About 76 percent of banks had planned on expanding their lending to the agriculture sector in 2022, according to the results of the first “Countryside Bank Survey: A Baseline Report” (CBS) survey conducted by the Bangko Sentral ng Pilipinas (BSP).
The CBS results, released on Thursday, Feb. 9, aims to better monitor and assess lending trends to the agriculture sector and to find ways to improve it. The survey, however has a lag time and the initial 87-page report covered the gathered data for 2021 only..
The BSP said that to be able to release a more updated and regular review of emerging trends in agricultural credit, it will conduct the next report or the 2022 CBS in the second quarter of this year.
The survey included banks’ plans and prospects for agricultural lending, as well as its outlook for the next 12 months, which in this case is the 2022 year. It covered 2,500 sample unit banks representing 36 percent of the total banking offices outside of the National Capital Region.
In 2021, about 76 percent of surveyed banks were planning to expand their lending to the agriculture sector in the next 12 months, according to the survey. Those that said they will definitely lend more are 93 percent of thrift banks, 87 percent of government-owned banks, 72 percent of rural and cooperative banks, and 53 percent of the universal and commercial banks.
However, half or 47 percent of the big banks admitted having no plans of expanding their agricultural loan portfolio in 2022.
The BSP said surveyed banks generally expect no change in lending and deposit rates while majority anticipate higher profits in 2022.
The factors that would encourage banks to expand lending to agriculture sector are the following: to respond to increasing demand for agricultural loans as the pandemic is getting controlled; to serve as compliance to the mandatory credit allocation; to fulfill the bank’s mandate to extend agricultural loans; to help farmers expand their businesses and improve their quality of life; to provide for the farmers’ financing needs and stop them from availing high-interest rate loans from informal lenders; and to support the nation’s goal of attaining food security, financial stability, and economic development.
The BSP said about 60 percent of surveyed banks have improved expectations and outlook for 2022 with increased demand for agricultural and non-agricultural loans.
Majority of the banks in the CBS project that their available loanable funds would be higher or at least be at the same level as in 2021. Meanwhile, 58 percent of surveyed banks think borrowers’ capacity to repay their loan will be better in 2022 while 32 percent expect no change.
About 40 percent of surveyed banks also expect a higher need for loan restructuring in 2022.
Based on the survey, the banking sector’s agricultural lending in 2021 versus 2020 further declined because of low interest rates and due to the more worrisome Covid situation at the time.
It noted that in 2021, the share of agriculture to total industry loans ranged from 11 percent to 15 percent and this was an under-compliance of many banks from the mandatory 25 percent credit for the agriculture and agrarian sector under the Agri-Agra Law of 2009. The number of borrowers were also 30 percent lower compared to 2020.
“The demand for agricultural loans in 2021 remained relatively tepid amid the low policy rate environment (but) about 62 percent of the respondent banks reveal a positive outlook following higher demand for agricultural loans in 2022,” said the BSP.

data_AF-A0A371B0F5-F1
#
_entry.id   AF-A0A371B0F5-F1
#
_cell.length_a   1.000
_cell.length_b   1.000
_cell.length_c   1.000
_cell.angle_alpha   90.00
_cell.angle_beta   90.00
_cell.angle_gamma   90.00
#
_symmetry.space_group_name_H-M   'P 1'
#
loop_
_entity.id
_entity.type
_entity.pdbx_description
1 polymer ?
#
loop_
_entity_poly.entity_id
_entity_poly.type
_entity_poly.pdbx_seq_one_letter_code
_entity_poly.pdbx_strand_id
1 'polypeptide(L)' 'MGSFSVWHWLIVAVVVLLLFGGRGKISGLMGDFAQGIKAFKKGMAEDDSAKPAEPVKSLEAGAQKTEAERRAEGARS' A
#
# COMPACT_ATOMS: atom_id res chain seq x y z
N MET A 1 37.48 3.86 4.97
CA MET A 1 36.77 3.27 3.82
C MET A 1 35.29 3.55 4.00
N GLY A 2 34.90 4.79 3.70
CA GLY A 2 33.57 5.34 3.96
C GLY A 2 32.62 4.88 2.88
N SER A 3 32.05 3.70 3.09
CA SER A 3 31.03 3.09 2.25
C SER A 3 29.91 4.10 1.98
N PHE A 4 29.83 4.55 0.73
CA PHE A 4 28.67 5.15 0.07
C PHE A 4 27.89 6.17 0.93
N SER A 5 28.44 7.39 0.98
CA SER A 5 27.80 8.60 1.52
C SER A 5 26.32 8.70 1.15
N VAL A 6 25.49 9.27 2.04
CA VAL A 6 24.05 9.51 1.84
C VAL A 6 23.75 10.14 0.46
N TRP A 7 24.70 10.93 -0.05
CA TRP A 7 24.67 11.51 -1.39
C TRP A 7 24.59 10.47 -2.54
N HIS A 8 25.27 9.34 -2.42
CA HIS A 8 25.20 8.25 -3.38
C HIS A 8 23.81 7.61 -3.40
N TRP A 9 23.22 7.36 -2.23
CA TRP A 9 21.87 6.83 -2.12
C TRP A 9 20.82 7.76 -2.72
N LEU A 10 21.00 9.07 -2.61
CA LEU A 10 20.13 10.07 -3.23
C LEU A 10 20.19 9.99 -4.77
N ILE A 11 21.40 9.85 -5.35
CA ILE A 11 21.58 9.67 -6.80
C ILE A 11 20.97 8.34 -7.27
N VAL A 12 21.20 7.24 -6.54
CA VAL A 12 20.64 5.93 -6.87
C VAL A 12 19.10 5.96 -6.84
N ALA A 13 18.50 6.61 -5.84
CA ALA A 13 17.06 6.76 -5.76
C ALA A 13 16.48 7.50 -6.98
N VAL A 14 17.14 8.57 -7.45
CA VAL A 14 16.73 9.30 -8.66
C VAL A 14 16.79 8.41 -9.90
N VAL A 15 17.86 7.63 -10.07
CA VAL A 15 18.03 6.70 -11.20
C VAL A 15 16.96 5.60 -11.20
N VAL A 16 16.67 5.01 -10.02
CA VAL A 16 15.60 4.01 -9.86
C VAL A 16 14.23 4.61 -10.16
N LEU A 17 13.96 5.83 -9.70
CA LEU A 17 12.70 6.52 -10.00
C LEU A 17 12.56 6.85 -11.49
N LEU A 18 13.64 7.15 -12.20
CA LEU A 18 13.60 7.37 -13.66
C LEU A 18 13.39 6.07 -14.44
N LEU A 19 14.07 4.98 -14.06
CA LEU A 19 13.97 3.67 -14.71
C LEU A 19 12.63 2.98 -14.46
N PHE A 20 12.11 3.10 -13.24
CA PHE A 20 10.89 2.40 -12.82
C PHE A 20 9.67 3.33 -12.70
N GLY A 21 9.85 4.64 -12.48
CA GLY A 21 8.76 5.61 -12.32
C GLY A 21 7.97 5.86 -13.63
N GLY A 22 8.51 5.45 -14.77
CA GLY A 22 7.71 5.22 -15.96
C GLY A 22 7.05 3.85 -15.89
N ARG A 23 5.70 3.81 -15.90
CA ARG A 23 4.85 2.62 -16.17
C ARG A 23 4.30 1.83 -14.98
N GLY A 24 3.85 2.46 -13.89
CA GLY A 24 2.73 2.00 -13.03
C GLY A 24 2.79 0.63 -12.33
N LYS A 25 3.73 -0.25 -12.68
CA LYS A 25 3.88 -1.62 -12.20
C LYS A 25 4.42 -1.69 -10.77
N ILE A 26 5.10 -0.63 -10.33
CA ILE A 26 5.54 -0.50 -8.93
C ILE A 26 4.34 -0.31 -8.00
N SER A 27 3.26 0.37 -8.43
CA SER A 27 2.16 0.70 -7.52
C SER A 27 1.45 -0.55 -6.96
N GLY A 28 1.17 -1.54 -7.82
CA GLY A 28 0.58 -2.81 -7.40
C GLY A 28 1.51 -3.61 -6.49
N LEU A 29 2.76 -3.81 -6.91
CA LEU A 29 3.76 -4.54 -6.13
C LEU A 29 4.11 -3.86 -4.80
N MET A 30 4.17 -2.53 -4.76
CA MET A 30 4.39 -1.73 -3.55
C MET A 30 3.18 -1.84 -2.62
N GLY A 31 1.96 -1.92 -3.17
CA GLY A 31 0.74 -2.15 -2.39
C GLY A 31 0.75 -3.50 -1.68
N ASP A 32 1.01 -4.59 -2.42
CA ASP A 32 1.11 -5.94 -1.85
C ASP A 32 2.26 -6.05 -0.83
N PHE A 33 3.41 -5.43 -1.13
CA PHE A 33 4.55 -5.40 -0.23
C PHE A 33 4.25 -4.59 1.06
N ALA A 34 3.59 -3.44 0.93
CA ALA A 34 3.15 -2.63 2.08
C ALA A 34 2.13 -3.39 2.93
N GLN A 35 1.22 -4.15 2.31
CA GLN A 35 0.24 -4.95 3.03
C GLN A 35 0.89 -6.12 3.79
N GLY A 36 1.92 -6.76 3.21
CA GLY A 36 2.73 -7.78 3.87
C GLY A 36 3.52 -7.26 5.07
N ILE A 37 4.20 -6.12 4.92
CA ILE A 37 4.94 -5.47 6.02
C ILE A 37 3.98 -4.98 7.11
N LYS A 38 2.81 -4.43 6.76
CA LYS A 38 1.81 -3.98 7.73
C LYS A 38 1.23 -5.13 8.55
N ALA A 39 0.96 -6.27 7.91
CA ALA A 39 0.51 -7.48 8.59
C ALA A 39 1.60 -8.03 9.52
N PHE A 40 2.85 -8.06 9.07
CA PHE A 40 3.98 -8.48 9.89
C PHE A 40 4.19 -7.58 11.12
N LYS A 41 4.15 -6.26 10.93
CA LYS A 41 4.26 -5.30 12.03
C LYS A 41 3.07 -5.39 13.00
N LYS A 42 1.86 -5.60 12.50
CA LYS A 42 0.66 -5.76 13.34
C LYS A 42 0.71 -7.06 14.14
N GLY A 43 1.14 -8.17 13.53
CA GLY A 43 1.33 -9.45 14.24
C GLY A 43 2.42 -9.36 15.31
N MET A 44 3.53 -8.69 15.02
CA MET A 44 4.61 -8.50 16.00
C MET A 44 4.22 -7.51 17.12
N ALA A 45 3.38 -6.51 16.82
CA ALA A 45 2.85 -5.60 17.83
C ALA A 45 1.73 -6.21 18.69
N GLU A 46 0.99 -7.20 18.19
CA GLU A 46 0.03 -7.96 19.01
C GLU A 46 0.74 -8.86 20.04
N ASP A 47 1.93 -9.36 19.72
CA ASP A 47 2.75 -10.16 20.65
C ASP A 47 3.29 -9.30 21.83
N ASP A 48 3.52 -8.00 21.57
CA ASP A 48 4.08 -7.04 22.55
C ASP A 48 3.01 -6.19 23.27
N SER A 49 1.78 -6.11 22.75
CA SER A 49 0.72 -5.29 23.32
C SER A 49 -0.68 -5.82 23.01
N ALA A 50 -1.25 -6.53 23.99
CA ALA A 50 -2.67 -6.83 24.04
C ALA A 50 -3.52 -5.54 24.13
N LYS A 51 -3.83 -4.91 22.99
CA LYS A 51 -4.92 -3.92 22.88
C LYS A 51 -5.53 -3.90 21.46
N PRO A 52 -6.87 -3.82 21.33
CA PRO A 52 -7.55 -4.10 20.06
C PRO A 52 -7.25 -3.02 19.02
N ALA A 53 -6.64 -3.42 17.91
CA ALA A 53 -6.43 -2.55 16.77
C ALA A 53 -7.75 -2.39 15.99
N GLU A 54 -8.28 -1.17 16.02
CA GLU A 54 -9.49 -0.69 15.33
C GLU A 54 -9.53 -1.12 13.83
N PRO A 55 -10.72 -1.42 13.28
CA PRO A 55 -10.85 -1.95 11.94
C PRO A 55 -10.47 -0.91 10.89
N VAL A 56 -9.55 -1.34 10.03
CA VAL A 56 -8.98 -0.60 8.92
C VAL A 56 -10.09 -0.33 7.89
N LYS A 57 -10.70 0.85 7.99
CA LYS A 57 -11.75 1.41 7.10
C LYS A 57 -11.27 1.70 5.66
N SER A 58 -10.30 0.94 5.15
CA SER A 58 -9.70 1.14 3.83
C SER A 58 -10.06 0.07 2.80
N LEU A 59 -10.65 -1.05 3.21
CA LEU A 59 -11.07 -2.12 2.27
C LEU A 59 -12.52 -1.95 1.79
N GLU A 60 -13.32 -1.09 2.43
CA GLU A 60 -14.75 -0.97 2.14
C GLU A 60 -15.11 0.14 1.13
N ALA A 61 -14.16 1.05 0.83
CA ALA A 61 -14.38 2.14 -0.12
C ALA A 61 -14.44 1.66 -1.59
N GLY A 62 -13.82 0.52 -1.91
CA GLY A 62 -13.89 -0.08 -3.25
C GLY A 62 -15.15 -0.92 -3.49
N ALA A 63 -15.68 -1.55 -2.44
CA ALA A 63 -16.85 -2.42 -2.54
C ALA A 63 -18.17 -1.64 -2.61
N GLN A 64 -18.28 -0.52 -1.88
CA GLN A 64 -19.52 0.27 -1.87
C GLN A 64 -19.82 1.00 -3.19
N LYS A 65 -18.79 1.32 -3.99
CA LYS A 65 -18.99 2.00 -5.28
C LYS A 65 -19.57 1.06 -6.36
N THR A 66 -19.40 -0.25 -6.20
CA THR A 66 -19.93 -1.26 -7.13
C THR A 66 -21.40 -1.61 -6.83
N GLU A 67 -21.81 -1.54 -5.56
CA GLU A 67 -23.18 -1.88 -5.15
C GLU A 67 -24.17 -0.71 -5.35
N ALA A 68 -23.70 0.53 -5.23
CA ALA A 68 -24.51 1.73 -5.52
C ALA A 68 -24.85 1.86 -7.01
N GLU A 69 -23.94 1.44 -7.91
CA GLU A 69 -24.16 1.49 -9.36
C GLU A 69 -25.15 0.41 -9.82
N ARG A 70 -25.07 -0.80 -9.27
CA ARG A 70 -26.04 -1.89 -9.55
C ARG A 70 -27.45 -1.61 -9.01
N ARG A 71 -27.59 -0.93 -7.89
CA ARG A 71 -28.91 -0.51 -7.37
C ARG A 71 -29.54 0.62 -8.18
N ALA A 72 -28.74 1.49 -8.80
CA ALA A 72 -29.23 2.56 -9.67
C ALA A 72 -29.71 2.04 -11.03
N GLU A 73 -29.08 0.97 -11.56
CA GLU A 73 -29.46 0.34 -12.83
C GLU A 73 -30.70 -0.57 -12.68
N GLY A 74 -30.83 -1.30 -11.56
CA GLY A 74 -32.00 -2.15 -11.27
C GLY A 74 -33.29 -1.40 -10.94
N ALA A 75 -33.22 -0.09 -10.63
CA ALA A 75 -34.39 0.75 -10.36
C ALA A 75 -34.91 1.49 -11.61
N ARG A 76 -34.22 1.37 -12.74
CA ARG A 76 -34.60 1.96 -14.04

In 2021, the average amount of bank loan to the agriculture sector was P10 million or less per bank with many of the banks’ releasing an aggregate of no more than P5 million.
The BSP said the decrease in agricultural lending was due to low credit demand amid the pandemic. The quarantine restrictions and health protocols likewise diminished client’s capacity to earn, and discontinued or slowed down farming activities and businesses, said the BSP.
In the report, the other challenges in 2021 in terms of lending to agricultural sector were: increased credit risks due to natural calamities, pests and diseases, fluctuating/low prices of produce, outdated farming techniques, etc.; lack of viable projects as most farm lands are fragmented or in far-flung areas with poor road access and security condition, agricultural produce do not have assured market/buyers; and inadequate acceptable collateral offered by agricultural borrowers; insufficient cash flow or unstable income from farming activities and no other source of income.
Other challenges include: poor/low credit score and negative credit bureau findings due to diversion of loan proceeds, over indebtedness of farmers; and lack of information/data on potential clients to establish the borrowers’ paying capacity, such as, proof of income/sales and other relevant documentary requirements.
The 2021 CBS is an inaugural survey jointly conducted by the BSP and the Department of Agriculture- Agricultural Credit Policy Council.
“It aims to analyze detailed trends and present emerging policy issues on bank behavior towards lending to the agriculture sector using branch-level data,” said the BSP.
The CBS mainly focused on the banking units’ agricultural lending experience such as: its practices and outcomes in loan releases and demand; interest rates and other charges on bank loans; borrowers’ repayment and debt position; bank risk management; bank profitability problems encountered by banking units; effects of the pandemic on banking performance; and plans and prospects by banks for the next year.
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